Opinion: Abkhaz authorities are dangerously inert
Will Georgian-Abkhaz relations change?
The editor of JAMnews in Sukhum(i), Inal Khashig, discusses whether the Abkhaz authorities can take advantage of the global crisis to resume economic relations with Tbilisi?
One of the chronic problems of any Abkhaz government is the fear of making sudden movements. But now circumstances require a very active position, including in the Georgian-Abkhaz negotiation process.
I recently found out that the authorities of South Ossetia are going to arrange the transit of cargo through their territory. That is, the republic, whose political elite considers the country’s independence as a transitional stage to joining Russia, is thinking about how to revive its own economy a little in this difficult time.
At the same time, Tskhinval did not have to sweat at all. Annual subsidies come regularly from the Russian budget, and this money is enough for a quite tolerable existence.
When the window of opportunity opens, Russia will accept the republic into its territory with all the socio-economic benefits that will follow.
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But in South Ossetia they made a different decision. If there is an opportunity to earn money on your own, then why not do it? A very applaudable decision indeed.
Abkhazia’s budget is also dependent on Russian financial assistance. Of course, not to the same extent as in the case of South Ossetia, but, nevertheless, the figures are very solid – more than 50% of direct or indirect budget revenues come from transfers from Moscow.
However, there is one fundamental difference from South Ossetia – despite such a significant economic dependence on Moscow, Abkhazia is not going to be part of the Russian Federation. A consensus has long been formed in the Abkhazian society – the course towards building an independent state is unshakable and is not subject to revision.
But the elites succeeding each other in power could not, or perhaps did not want (sometimes it is more satisfying) to back independence with an economic component.
It was in the nineties, when Abkhazia was in complete isolation, including from Russia and the government was looking for all sorts of options to somehow implement some kind of economic project.
Later, when the geopolitical situation changed, and Russia turned from an enemy into the main ally and guarantor of Abkhazian security, the government’s functionality changed a lot.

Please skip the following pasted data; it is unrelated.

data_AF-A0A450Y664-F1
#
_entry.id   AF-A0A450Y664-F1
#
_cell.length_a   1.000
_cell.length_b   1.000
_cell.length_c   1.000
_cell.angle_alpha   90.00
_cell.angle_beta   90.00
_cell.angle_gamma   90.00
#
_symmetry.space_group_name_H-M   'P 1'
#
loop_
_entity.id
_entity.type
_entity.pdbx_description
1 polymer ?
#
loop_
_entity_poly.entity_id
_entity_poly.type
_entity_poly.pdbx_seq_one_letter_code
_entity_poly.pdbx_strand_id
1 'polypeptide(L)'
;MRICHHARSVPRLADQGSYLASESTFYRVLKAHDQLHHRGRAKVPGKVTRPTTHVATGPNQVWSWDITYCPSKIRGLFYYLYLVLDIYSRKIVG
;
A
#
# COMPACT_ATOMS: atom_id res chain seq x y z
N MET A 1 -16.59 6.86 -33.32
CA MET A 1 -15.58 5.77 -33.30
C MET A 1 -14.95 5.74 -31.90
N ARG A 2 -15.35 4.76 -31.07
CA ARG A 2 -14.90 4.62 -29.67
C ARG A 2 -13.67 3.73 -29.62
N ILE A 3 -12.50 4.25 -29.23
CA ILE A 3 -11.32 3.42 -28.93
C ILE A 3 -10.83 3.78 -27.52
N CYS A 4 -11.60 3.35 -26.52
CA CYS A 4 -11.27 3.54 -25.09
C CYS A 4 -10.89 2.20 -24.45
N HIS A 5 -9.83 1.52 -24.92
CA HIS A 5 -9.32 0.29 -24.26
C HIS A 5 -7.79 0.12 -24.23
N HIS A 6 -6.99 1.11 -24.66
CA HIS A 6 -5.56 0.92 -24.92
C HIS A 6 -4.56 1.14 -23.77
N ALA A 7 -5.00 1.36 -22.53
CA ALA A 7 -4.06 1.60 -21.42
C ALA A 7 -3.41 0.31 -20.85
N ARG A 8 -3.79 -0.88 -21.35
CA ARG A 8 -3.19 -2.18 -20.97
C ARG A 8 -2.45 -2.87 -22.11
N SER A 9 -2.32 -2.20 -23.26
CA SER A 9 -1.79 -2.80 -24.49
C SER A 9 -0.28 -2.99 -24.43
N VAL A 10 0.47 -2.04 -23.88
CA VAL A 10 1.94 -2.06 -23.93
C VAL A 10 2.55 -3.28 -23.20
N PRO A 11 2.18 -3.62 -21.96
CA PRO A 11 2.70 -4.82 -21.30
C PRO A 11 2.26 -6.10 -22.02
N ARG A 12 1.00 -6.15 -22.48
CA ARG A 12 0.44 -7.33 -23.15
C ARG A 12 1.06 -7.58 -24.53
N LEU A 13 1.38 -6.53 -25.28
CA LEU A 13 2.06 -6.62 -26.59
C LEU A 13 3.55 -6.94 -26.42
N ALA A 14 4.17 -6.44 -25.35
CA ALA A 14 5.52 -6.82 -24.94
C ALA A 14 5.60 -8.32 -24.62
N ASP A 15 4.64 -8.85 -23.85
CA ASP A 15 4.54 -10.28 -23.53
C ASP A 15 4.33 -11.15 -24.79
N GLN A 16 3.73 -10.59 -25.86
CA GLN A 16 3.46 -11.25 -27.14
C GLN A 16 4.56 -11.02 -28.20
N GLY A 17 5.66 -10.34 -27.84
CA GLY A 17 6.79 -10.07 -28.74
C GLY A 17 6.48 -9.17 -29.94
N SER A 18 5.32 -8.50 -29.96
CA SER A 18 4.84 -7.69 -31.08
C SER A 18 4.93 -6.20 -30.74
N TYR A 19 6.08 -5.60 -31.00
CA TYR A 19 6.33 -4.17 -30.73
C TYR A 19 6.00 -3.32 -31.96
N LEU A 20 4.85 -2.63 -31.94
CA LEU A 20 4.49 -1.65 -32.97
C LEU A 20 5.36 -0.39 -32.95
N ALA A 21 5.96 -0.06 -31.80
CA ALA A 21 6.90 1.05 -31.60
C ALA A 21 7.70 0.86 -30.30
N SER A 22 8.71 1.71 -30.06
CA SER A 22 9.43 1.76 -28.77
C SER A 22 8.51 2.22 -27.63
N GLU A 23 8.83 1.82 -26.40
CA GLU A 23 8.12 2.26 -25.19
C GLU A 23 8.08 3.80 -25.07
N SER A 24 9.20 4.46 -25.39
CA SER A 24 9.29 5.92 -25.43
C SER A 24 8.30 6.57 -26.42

All the former creative approach to work that the Abkhaz government had, was soon reduced to one function – the development of Russian assistance.
However, the entire struggle of the elites with the endless assaults on the presidential palace and the early change of power stems from this acquired work skill.
Now that Russia, the main contributor to Abkhazia’s economic well-being, has been heaped on all sides with a thick layer of all sorts of sanctions, financial flows from Moscow will most likely be significantly reduced.
And this means that it is time for the government of Abkhazia to stop with the inert style of behavior.
In Tskhinval, it seems, they have already understood this, but in Sukhum, they have not yet been able to readapt to the new realities.
Meanwhile, the global crisis caused by the war in Ukraine presents some new opportunities. For Abkhazia, as well as for Georgia, the current situation provides a chance to reset relations and give a new impetus to the negotiation process.
Today, establishing economic, humanitarian and communication cooperation is quite realistic.
Even last year, this was impossible to imagine, but now, when the collective West and Russia are dangerously, obscenely, grappling with each other, breaking the entire structure of the world order that has been created for decades, the old rules cease to operate, and new ones have not yet been created.
In order not to be drawn into this battle of giants, the states of the South Caucasus urgently need to change their established approaches to existing conflicts.
There is already some progress in this direction. Armenia and Azerbaijan are close to signing a peace treaty, which also implies the opening of communications.
In turn, Georgia, the main ally of the West in the region, refused to support anti-Russian sanctions and open a “second front” in Abkhazia and South Ossetia at the request of Kyiv.
Moreover, Prime Minister Irakli Garibashvili, commenting on the refusal to support sanctions, said that this instrument of pressure has never brought the expected results.
Under the new conditions, South Ossetia is also looking for opportunities for development, trying to establish transit of goods from Georgia to Russia through its territory.
Everyone is trying to do something in the current circumstances. Only Sukhum keeps silent, as if Abkhazia is territorially located somewhere in Oceania, and not in the Black Sea basin.
Such inertia of behavior is counterproductive. It’s time to take a more active creative position. Otherwise, the small window of opportunity may close.
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